ICE will end its practice of automatically releasing pregnant immigrant detainees
- Author: Stacy Allen Apr 02, 2018,
Apr 02, 2018, 10:09
ICE said Thursday that pregnant women are no longer automatically released as a matter of immigration enforcement policy, a reversal by President Donald Trump's administration from Obama-era measures.
The policy change directs officers to keep more pregnant women in custody while providing them with medical attention, according to an Immigration and Customs Enforcement directive finalized in December.
The complaint included several anonymized accounts of women whose stories the groups said "illustrate a disturbing trend of ICE officials unjustifiably denying or delaying the release of pregnant women as well as their failure to provide the necessary medical care".
"The document explains that "(the organizations) are gravely concerned with the agency's failure to abide by its own policy against detaining pregnant women, the detention conditions that have been reported by pregnant women in various detention facilities across the country and the lack of quality medical care provided to women who are pregnant or have suffered miscarriages while in custody".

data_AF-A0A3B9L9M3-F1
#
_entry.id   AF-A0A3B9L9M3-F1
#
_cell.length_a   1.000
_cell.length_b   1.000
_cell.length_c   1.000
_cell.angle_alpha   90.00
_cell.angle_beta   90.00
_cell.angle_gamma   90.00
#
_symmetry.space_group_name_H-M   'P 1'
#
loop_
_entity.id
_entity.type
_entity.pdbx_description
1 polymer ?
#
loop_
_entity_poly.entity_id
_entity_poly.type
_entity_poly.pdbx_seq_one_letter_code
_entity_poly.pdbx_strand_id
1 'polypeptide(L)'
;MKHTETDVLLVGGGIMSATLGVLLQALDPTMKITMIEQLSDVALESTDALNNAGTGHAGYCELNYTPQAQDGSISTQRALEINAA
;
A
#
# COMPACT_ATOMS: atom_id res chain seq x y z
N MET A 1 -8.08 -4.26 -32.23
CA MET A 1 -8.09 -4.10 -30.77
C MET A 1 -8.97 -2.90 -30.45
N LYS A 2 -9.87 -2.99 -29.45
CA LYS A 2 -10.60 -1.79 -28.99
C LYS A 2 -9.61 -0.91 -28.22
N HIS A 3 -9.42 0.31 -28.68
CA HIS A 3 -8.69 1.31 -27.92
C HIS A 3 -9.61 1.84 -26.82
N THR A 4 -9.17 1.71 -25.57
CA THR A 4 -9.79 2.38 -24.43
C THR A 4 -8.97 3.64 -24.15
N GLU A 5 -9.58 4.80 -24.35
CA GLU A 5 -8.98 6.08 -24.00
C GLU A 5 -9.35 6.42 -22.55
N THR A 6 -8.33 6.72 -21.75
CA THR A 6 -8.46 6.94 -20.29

"This new policy further exposes the cruelty of Trump's detention and deportation force by endangering the lives of pregnant immigrant women", said Victoria Lopez, senior staff counsel for the American Civil Liberties Union (ACLU), in a statement.
The changes, which will apply to pregnant women seeking asylum, bring ICE policy closer in line with an executive order signed by President Donald Trump a week after taking office previous year. The old policy stated that pregnant women were generally not detained, unless it was mandatory by law or warranted under "extraordinary circumstances".
U.S. Immigration and Customs Enforcement said the new policy was part of Trump's executive order a year ago directing the agency to sweep up anyone caught in the country illegally, The Washington Post reported.
Since at least 2011, ICE had implemented a policy that generally favored releasing pregnant women from detention.
Immigrants' rights advocates have said it is unsafe to women and their unborn children to hold them in custody. "To miscategorize this as some wholesale change or some kind of draconian act is really just hyperbole", Miller said, according to the Huffington Post.
According to CNN, this change in detention policy "could pave the way for more pregnant women to be held in detention facilities while they await lengthy judicial proceedings about whether they can stay in the U.S., facilities that are already decried by critics for tough conditions". "We're aligning this policy, as we have with all of our policies, with the direction from the president".
When a pregnant immigrant is detained, ICE will notify the Enforcement and Removal Operations, Homeland Security Investigations, Field Office Directors, and Special Agents in Charge.
There are now 35 pregnant women in custody, according to Miller.
Groups have been critical of the treatment of immigrants in detention.